I'm going to rate this as Highly Recommended for all those reasons and more but I admit to being a highly biased fan of the original show. The dubbed version was actually among the best I've seen and ADV should be commended for taking the time and energy needed to "get it right" once more. I know that other shows have also received the series-to-a-movie treatment but I think this one shines head and shoulders above the pack, making me long for the next series by Bones, the company responsible for this one, and the creative team at the helm. RahXephon might not be for everyone but it was better than so many flavor of the month releases from Hollywood that you'll owe it to yourself to give it a look.

Picture: The picture was presented in a 1.33:1 ratio full frame color as it was originally produced. Although I'm not sure if it's possible, I think it looked even better than the original series with stunning colors, no visual defects, and a host of visual effects that made me truly appreciate the series. I saw no compression artifacts and if you're looking for a movie to showcase anime on your home theatre system, this is as good as it gets in terms of a full frame release.

Sound: The audio was presented with a choice between a 5.1 Dolby Digital Japanese or English track, with optional English subtitles for those who care. I actually preferred the dubbed track (I'm not a language snob) as it appeared to have better directionality and even clarity but I know many of you want to hear the Japanese track too. The original track has a couple of issues with the speaker placement, mostly in a few dialogue exchanges, and I'm of the opinion that someone messed something up in the middle chapters of the show. Otherwise, the music was superior and the vocals, both sets of them, exceptionally delightful to listen to, as were the special effects.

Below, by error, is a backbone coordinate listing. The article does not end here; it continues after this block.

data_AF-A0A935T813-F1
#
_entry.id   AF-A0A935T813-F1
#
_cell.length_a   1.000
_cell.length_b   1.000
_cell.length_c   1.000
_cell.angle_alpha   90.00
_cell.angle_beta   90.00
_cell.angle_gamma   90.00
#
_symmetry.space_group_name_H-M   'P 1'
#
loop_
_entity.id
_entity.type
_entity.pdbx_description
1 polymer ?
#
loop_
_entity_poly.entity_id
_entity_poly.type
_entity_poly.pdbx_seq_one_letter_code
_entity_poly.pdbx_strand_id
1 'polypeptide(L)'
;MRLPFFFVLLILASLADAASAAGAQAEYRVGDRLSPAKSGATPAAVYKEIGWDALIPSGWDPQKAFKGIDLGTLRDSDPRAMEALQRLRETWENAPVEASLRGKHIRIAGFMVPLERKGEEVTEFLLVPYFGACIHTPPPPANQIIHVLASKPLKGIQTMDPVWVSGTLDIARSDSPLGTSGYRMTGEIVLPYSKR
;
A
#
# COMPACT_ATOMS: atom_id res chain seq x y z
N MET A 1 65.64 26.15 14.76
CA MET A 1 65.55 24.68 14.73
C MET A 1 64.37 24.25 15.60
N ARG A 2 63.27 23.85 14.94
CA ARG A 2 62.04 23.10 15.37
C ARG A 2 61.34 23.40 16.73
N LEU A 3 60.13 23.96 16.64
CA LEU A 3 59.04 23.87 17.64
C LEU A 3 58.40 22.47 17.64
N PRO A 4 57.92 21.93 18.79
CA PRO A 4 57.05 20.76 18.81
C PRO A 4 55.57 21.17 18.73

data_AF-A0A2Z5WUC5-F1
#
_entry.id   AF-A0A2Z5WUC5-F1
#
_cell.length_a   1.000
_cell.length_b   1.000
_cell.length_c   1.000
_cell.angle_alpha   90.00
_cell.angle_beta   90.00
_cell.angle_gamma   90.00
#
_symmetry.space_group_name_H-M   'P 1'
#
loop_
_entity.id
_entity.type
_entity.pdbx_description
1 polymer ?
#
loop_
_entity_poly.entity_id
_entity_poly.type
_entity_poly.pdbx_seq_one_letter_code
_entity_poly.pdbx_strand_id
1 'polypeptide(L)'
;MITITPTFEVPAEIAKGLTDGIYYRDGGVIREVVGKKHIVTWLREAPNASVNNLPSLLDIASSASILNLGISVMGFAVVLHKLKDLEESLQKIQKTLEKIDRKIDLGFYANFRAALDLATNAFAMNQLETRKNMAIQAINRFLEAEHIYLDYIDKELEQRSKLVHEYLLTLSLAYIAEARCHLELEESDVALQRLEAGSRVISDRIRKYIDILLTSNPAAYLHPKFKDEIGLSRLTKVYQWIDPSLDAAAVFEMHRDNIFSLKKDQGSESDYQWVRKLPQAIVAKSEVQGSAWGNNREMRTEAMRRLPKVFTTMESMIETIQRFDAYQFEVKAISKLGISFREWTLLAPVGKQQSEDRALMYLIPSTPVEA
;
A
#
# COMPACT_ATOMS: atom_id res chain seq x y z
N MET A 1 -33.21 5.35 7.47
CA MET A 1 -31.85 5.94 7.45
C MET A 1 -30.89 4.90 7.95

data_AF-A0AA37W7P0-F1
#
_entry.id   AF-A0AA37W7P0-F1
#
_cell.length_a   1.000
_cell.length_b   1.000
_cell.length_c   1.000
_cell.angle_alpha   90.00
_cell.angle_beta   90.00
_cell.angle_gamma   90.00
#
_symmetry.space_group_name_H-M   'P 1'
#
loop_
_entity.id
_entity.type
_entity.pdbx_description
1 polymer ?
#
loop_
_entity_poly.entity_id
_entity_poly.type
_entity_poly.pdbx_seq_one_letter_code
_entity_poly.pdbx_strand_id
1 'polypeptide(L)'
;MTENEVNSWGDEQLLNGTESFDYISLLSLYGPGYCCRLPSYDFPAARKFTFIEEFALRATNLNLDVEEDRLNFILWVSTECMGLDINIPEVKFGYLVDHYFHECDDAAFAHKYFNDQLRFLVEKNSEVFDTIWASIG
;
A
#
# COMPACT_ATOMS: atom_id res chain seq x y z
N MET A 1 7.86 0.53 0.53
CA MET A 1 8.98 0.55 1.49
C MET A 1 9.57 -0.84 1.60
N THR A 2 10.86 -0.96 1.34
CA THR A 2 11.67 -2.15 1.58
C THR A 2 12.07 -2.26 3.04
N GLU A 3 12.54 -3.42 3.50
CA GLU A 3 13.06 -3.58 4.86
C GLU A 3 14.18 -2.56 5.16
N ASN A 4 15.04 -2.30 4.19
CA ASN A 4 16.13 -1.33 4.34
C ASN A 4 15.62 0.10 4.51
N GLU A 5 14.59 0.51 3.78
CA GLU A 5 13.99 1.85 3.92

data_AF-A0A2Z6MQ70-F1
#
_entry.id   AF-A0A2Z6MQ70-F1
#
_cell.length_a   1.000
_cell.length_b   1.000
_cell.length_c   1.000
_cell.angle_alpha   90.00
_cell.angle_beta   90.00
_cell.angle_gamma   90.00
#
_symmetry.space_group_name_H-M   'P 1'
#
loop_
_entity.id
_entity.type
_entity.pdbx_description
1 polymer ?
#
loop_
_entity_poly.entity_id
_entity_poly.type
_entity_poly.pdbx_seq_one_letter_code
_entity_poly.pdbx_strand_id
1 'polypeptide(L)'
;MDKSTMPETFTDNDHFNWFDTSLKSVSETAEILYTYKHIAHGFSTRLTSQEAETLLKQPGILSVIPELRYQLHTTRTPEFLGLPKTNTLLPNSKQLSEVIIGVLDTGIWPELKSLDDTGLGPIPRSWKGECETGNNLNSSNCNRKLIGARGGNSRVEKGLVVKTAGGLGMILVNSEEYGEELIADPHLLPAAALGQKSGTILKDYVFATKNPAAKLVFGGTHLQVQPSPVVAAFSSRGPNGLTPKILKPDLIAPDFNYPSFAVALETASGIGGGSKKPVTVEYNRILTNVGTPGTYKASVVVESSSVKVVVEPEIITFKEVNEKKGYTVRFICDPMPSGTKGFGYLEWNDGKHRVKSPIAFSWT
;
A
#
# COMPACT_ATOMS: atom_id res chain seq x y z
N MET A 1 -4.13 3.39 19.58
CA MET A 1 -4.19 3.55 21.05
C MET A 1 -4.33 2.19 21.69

Extras: There are two versions of the movie and mine was the bare bones version so your mileage will vary as to the extras. Personally, I enjoyed the feature enough to dismiss the extras as not being overly important but the 16 page booklet that came with my version was really informative. The only other extra was a series of trailers for other ADV anime shows, something I appreciate but don't care much about.

Final Thoughts: I really appreciated being able to relive the RahXephon experience all over again, as seen through a new set of eyes in a way. The themes, the technical matters, and the way it used the anime genre to its fullest extent was enough that I'll be forcing friends to watch this version for years to come. Maybe it will intrigue enough of them to want to see the whole show and then assist my write in campaign to get the Anime Network on a local cable television network so I'll be able to keep up with all the neat stuff ADV has to offer. In short, this is a great movie to promote anime and ADV Films deserves all the credit for having the foresight to offer it as an alternative to a full series.

If you enjoy anime, take a look at some of the recommendations by DVDTalk's twisted cast of reviewers in their Best Of Anime article!